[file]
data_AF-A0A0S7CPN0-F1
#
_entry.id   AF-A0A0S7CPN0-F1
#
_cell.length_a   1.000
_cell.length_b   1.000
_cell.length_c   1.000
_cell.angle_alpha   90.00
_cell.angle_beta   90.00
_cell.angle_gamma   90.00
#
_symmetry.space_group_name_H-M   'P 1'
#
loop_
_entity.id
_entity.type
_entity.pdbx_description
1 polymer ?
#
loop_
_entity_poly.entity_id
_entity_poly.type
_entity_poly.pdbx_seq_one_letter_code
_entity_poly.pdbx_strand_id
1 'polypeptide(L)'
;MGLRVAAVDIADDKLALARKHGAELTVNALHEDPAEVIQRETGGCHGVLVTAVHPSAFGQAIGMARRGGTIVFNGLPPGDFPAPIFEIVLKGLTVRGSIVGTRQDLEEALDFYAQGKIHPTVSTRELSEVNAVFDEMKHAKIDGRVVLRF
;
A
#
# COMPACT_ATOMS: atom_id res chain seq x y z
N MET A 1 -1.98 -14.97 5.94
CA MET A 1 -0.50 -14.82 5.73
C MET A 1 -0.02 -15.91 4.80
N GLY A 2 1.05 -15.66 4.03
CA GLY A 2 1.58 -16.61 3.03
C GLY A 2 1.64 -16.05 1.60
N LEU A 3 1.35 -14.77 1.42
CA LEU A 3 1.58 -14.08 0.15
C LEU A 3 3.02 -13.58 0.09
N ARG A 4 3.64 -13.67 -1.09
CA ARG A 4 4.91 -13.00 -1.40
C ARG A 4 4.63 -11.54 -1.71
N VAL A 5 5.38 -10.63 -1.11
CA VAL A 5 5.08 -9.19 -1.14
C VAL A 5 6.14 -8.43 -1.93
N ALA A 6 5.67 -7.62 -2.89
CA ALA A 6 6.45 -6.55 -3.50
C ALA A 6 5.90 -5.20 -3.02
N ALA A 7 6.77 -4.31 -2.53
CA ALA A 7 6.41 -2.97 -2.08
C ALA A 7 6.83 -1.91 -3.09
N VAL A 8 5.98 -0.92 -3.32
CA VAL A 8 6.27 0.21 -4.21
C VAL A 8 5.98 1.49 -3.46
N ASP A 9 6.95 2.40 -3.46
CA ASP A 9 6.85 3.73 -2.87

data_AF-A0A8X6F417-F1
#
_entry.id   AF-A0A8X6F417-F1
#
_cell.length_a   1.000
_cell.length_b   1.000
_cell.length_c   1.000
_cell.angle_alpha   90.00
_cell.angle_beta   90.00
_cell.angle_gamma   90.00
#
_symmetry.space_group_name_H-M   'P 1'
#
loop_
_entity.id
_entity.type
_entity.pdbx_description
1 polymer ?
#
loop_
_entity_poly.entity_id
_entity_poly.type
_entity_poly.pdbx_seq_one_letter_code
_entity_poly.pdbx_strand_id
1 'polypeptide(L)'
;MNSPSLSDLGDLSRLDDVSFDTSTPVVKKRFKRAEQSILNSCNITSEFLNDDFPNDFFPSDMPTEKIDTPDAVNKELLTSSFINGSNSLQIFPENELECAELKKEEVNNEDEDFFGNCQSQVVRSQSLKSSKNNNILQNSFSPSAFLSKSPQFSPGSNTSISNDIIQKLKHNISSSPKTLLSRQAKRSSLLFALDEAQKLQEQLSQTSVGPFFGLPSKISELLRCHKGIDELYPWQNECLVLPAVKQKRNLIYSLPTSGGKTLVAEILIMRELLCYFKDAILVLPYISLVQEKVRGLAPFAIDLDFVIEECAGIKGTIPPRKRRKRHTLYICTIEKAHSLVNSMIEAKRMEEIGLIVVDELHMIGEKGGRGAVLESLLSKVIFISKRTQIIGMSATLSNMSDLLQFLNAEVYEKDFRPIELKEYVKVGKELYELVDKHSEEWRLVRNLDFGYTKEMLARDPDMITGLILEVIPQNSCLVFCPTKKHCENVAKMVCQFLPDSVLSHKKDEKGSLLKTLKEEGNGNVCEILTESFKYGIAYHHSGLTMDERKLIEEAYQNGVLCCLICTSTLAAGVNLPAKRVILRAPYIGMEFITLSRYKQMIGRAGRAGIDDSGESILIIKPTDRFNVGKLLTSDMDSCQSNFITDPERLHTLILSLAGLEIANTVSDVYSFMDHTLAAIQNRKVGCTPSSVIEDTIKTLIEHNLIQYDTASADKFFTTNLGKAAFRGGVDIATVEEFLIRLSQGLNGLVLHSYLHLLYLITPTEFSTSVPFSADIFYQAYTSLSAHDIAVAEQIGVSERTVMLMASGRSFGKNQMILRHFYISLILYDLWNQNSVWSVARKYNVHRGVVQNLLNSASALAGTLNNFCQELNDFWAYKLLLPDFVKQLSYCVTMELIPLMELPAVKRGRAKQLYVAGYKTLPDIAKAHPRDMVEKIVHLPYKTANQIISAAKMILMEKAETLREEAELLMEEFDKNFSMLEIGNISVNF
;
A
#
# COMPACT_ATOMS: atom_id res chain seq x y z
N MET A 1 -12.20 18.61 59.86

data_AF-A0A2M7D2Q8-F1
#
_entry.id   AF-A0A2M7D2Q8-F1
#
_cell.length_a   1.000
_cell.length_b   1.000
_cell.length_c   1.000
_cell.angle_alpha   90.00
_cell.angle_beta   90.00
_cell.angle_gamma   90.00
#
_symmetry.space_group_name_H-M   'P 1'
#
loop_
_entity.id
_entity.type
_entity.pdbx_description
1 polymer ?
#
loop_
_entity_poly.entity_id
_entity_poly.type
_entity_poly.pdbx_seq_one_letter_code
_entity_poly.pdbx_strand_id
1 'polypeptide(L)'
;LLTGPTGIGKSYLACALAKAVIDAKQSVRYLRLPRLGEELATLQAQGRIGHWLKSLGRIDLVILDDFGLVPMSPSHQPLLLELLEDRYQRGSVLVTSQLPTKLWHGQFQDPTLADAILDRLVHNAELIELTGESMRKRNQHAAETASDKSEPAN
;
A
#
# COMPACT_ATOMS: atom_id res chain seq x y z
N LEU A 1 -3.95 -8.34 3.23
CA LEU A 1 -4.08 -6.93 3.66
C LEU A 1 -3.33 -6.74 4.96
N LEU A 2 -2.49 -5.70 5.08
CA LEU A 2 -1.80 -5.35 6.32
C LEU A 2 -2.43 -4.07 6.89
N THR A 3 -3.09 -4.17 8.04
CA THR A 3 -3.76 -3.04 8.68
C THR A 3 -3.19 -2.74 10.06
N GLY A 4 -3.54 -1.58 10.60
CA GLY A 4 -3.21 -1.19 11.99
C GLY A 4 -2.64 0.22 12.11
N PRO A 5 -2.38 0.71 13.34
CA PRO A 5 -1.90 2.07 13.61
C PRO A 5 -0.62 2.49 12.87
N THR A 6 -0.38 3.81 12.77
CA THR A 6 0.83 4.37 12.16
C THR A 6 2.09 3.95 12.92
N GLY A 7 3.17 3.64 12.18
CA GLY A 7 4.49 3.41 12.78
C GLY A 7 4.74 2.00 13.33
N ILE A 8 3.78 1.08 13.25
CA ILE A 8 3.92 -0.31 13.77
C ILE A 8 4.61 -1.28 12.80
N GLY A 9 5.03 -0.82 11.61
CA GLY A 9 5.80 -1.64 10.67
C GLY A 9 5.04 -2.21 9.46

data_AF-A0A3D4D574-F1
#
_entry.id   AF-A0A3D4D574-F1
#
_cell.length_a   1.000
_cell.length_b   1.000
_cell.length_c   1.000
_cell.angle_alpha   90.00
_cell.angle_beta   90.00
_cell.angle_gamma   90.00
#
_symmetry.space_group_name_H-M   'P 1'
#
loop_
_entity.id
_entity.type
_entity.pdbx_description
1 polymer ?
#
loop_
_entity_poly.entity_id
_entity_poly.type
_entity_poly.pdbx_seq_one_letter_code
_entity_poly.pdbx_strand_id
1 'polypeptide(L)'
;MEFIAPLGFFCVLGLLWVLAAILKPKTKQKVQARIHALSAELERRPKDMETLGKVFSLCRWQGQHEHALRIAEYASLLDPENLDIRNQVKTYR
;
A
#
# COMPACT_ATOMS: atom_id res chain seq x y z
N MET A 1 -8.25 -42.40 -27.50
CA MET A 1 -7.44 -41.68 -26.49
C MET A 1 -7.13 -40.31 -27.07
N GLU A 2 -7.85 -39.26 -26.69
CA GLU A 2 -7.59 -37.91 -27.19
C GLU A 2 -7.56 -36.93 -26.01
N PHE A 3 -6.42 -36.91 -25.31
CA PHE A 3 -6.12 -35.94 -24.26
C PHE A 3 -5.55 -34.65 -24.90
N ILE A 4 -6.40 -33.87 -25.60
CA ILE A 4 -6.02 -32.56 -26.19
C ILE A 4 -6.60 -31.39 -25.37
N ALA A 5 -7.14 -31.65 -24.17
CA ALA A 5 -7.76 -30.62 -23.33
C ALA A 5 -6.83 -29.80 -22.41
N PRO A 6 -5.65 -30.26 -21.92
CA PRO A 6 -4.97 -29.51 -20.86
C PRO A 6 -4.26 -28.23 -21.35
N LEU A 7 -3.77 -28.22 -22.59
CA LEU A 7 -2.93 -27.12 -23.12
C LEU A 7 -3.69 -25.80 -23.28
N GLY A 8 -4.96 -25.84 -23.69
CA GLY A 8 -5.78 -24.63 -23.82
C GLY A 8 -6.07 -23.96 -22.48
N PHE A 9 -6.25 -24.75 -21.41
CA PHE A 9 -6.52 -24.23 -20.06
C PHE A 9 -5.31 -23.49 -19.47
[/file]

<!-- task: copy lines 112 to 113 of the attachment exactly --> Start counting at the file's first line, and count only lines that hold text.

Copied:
1 'polypeptide(L)'
;LLTGPTGIGKSYLACALAKAVIDAKQSVRYLRLPRLGEELATLQAQGRIGHWLKSLGRIDLVILDDFGLVPMSPSHQPLLLELLEDRYQRGSVLVTSQLPTKLWHGQFQDPTLADAILDRLVHNAELIELTGESMRKRNQHAAETASDKSEPAN